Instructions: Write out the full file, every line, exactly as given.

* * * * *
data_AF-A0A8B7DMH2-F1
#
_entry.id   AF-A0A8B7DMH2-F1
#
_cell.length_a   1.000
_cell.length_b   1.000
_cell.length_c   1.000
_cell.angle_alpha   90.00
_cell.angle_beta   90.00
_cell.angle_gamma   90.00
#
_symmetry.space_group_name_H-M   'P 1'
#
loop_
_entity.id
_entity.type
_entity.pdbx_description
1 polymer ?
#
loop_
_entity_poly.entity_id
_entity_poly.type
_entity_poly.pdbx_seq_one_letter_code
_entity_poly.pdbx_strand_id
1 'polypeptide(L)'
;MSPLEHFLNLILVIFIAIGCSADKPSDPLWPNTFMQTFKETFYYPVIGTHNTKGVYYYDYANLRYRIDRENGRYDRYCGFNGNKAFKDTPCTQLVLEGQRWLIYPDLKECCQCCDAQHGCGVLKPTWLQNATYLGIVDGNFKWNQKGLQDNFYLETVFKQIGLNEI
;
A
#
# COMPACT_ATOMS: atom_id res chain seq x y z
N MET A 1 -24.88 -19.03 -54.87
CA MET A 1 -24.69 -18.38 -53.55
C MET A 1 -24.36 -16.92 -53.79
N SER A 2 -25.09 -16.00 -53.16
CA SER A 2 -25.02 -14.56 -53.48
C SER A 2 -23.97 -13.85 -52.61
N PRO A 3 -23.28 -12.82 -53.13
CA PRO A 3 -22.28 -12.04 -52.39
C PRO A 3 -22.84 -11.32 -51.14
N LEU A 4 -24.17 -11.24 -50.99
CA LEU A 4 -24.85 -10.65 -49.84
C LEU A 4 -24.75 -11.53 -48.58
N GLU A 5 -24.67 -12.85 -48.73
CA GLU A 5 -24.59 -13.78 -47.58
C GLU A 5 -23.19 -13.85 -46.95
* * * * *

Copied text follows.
data_AF-A0A8B7DMH2-F1
#
_entry.id   AF-A0A8B7DMH2-F1
#
_cell.length_a   1.000
_cell.length_b   1.000
_cell.length_c   1.000
_cell.angle_alpha   90.00
_cell.angle_beta   90.00
_cell.angle_gamma   90.00
#
_symmetry.space_group_name_H-M   'P 1'
#
loop_
_entity.id
_entity.type
_entity.pdbx_description
1 polymer ?
#
loop_
_entity_poly.entity_id
_entity_poly.type
_entity_poly.pdbx_seq_one_letter_code
_entity_poly.pdbx_strand_id
1 'polypeptide(L)'
;MSPLEHFLNLILVIFIAIGCSADKPSDPLWPNTFMQTFKETFYYPVIGTHNTKGVYYYDYANLRYRIDRENGRYDRYCGFNGNKAFKDTPCTQLVLEGQRWLIYPDLKECCQCCDAQHGCGVLKPTWLQNATYLGIVDGNFKWNQKGLQDNFYLETVFKQIGLNEI
;
A
#
# COMPACT_ATOMS: atom_id res chain seq x y z
N MET A 1 -24.88 -19.03 -54.87
CA MET A 1 -24.69 -18.38 -53.55
C MET A 1 -24.36 -16.92 -53.79
N SER A 2 -25.09 -16.00 -53.16
CA SER A 2 -25.02 -14.56 -53.48
C SER A 2 -23.97 -13.85 -52.61
N PRO A 3 -23.28 -12.82 -53.13
CA PRO A 3 -22.28 -12.04 -52.39
C PRO A 3 -22.84 -11.32 -51.14
N LEU A 4 -24.17 -11.24 -50.99
CA LEU A 4 -24.85 -10.65 -49.84
C LEU A 4 -24.75 -11.53 -48.58
N GLU A 5 -24.67 -12.85 -48.73
CA GLU A 5 -24.59 -13.78 -47.58
C GLU A 5 -23.19 -13.85 -46.95